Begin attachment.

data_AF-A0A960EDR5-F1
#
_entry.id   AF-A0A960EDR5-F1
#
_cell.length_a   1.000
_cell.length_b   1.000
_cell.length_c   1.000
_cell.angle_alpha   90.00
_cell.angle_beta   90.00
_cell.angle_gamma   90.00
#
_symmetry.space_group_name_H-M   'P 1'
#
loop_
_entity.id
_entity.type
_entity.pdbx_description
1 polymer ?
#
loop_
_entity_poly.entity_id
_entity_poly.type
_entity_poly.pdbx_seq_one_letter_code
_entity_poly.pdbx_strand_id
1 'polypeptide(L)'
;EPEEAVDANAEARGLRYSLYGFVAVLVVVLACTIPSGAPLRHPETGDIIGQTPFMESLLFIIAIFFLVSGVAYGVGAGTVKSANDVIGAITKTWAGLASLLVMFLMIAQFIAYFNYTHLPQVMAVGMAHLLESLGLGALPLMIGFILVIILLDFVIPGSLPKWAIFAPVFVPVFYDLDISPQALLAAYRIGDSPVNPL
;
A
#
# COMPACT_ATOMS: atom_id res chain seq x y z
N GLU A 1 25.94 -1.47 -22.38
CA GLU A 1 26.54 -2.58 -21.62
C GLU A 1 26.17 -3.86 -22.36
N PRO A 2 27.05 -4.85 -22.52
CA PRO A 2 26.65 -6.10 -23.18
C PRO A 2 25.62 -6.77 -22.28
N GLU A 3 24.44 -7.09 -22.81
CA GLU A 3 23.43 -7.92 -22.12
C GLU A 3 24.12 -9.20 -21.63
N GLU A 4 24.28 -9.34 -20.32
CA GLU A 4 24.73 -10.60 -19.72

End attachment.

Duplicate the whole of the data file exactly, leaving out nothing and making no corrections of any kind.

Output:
data_AF-A0A960EDR5-F1
#
_entry.id   AF-A0A960EDR5-F1
#
_cell.length_a   1.000
_cell.length_b   1.000
_cell.length_c   1.000
_cell.angle_alpha   90.00
_cell.angle_beta   90.00
_cell.angle_gamma   90.00
#
_symmetry.space_group_name_H-M   'P 1'
#
loop_
_entity.id
_entity.type
_entity.pdbx_description
1 polymer ?
#
loop_
_entity_poly.entity_id
_entity_poly.type
_entity_poly.pdbx_seq_one_letter_code
_entity_poly.pdbx_strand_id
1 'polypeptide(L)'
;EPEEAVDANAEARGLRYSLYGFVAVLVVVLACTIPSGAPLRHPETGDIIGQTPFMESLLFIIAIFFLVSGVAYGVGAGTVKSANDVIGAITKTWAGLASLLVMFLMIAQFIAYFNYTHLPQVMAVGMAHLLESLGLGALPLMIGFILVIILLDFVIPGSLPKWAIFAPVFVPVFYDLDISPQALLAAYRIGDSPVNPL
;
A
#
# COMPACT_ATOMS: atom_id res chain seq x y z
N GLU A 1 25.94 -1.47 -22.38
CA GLU A 1 26.54 -2.58 -21.62
C GLU A 1 26.17 -3.86 -22.36
N PRO A 2 27.05 -4.85 -22.52
CA PRO A 2 26.65 -6.10 -23.18
C PRO A 2 25.62 -6.77 -22.28
N GLU A 3 24.44 -7.09 -22.81
CA GLU A 3 23.43 -7.92 -22.12
C GLU A 3 24.12 -9.20 -21.63
N GLU A 4 24.28 -9.34 -20.32
CA GLU A 4 24.73 -10.60 -19.72